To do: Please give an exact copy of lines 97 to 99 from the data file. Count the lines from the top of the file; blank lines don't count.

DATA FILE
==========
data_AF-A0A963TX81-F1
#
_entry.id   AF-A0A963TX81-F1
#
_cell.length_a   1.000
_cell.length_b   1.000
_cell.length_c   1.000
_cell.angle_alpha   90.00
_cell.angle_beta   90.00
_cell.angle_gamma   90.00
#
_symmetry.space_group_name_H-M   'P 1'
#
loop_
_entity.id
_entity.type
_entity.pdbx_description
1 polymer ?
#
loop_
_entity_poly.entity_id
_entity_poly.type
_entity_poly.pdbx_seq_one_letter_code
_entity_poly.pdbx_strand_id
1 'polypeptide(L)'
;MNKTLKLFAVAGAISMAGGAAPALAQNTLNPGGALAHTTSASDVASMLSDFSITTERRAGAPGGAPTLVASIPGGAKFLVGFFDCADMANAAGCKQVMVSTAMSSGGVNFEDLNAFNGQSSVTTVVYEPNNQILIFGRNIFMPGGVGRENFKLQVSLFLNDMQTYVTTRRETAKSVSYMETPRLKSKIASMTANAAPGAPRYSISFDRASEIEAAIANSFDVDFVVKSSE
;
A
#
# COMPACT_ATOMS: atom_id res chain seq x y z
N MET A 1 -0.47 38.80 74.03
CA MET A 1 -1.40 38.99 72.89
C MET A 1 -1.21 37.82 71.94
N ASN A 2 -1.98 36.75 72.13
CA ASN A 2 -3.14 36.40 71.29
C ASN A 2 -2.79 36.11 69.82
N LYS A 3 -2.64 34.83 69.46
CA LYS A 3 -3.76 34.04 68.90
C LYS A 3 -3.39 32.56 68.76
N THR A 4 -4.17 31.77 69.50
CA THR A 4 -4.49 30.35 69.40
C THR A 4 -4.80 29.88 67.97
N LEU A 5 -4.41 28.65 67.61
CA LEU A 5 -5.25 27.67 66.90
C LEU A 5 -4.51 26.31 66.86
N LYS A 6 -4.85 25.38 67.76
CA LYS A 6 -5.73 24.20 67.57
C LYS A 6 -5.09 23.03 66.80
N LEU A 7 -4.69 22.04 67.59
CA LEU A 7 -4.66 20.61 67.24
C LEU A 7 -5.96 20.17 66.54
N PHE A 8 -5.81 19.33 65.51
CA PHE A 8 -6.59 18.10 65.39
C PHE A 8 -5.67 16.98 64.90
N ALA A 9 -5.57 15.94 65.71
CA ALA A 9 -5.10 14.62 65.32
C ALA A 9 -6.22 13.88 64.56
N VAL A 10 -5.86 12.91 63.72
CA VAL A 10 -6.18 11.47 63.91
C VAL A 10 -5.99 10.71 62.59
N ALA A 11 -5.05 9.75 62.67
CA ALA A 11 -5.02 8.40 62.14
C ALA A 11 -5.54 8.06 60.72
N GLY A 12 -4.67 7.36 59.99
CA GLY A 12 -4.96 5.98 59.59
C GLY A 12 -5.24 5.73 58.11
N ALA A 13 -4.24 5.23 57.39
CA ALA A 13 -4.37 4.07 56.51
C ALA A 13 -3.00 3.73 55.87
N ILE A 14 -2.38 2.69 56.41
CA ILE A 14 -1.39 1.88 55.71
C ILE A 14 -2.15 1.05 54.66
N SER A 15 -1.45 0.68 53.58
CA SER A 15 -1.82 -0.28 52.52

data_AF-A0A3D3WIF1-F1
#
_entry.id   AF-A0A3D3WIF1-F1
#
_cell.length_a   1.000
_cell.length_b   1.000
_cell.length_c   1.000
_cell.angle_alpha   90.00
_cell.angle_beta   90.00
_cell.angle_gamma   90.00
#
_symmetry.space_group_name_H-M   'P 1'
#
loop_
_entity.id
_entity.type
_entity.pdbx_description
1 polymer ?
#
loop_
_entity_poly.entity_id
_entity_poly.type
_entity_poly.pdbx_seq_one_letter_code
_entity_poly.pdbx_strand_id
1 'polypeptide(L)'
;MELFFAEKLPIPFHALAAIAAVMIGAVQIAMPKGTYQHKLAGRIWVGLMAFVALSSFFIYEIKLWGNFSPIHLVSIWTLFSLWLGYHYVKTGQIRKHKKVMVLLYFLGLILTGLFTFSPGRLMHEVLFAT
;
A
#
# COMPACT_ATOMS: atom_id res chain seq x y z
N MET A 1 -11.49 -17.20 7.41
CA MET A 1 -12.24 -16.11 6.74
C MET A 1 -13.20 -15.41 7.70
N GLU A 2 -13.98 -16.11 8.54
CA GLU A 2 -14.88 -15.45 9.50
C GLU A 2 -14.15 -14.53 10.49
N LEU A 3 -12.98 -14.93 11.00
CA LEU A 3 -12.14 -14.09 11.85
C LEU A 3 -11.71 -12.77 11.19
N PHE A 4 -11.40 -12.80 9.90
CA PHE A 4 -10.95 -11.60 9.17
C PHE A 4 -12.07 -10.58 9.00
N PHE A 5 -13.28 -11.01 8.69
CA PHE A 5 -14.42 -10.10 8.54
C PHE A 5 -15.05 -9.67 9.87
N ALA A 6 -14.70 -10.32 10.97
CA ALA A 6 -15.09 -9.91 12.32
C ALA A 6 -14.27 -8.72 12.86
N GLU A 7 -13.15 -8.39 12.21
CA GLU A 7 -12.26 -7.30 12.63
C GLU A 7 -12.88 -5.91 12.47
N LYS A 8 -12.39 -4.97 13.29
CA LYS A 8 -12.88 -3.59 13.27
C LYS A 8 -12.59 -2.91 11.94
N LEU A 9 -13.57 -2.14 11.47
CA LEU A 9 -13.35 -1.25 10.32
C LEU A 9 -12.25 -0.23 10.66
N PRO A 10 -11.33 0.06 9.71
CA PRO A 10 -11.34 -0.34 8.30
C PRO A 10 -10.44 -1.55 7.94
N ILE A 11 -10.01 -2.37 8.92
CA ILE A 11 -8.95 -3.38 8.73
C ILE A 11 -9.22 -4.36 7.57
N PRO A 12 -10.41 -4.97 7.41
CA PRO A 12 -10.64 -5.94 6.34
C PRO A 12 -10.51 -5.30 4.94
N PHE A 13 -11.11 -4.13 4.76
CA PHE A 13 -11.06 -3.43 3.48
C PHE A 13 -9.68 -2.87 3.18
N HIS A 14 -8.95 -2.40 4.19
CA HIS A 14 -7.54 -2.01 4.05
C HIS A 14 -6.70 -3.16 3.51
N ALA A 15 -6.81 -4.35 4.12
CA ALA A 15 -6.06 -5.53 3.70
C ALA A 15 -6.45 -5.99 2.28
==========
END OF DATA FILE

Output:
_entity_poly.pdbx_seq_one_letter_code
_entity_poly.pdbx_strand_id
1 'polypeptide(L)'